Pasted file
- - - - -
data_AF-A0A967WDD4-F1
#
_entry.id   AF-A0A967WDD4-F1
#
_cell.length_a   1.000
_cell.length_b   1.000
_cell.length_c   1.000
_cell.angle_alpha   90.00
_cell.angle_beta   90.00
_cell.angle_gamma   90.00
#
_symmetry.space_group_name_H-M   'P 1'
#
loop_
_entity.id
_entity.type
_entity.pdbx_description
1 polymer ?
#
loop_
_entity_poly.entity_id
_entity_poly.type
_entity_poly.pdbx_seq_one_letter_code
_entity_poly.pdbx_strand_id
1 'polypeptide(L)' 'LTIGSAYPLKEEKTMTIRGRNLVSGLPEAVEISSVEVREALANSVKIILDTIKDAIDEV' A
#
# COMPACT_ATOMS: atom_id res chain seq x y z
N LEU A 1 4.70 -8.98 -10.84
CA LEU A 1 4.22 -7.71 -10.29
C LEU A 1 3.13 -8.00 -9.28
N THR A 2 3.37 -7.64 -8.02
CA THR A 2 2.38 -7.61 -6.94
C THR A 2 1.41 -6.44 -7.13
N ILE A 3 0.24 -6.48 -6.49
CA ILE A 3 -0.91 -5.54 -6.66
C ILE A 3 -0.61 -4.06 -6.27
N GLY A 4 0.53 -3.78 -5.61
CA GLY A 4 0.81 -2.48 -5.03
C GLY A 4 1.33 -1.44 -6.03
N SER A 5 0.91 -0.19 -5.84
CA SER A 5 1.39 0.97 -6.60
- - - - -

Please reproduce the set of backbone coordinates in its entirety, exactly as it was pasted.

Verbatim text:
data_AF-A0A967WDD4-F1
#
_entry.id   AF-A0A967WDD4-F1
#
_cell.length_a   1.000
_cell.length_b   1.000
_cell.length_c   1.000
_cell.angle_alpha   90.00
_cell.angle_beta   90.00
_cell.angle_gamma   90.00
#
_symmetry.space_group_name_H-M   'P 1'
#
loop_
_entity.id
_entity.type
_entity.pdbx_description
1 polymer ?
#
loop_
_entity_poly.entity_id
_entity_poly.type
_entity_poly.pdbx_seq_one_letter_code
_entity_poly.pdbx_strand_id
1 'polypeptide(L)' 'LTIGSAYPLKEEKTMTIRGRNLVSGLPEAVEISSVEVREALANSVKIILDTIKDAIDEV' A
#
# COMPACT_ATOMS: atom_id res chain seq x y z
N LEU A 1 4.70 -8.98 -10.84
CA LEU A 1 4.22 -7.71 -10.29
C LEU A 1 3.13 -8.00 -9.28
N THR A 2 3.37 -7.64 -8.02
CA THR A 2 2.38 -7.61 -6.94
C THR A 2 1.41 -6.44 -7.13
N ILE A 3 0.24 -6.48 -6.49
CA ILE A 3 -0.91 -5.54 -6.66
C ILE A 3 -0.61 -4.06 -6.27
N GLY A 4 0.53 -3.78 -5.61
CA GLY A 4 0.81 -2.48 -5.03
C GLY A 4 1.33 -1.44 -6.03
N SER A 5 0.91 -0.19 -5.84
CA SER A 5 1.39 0.97 -6.60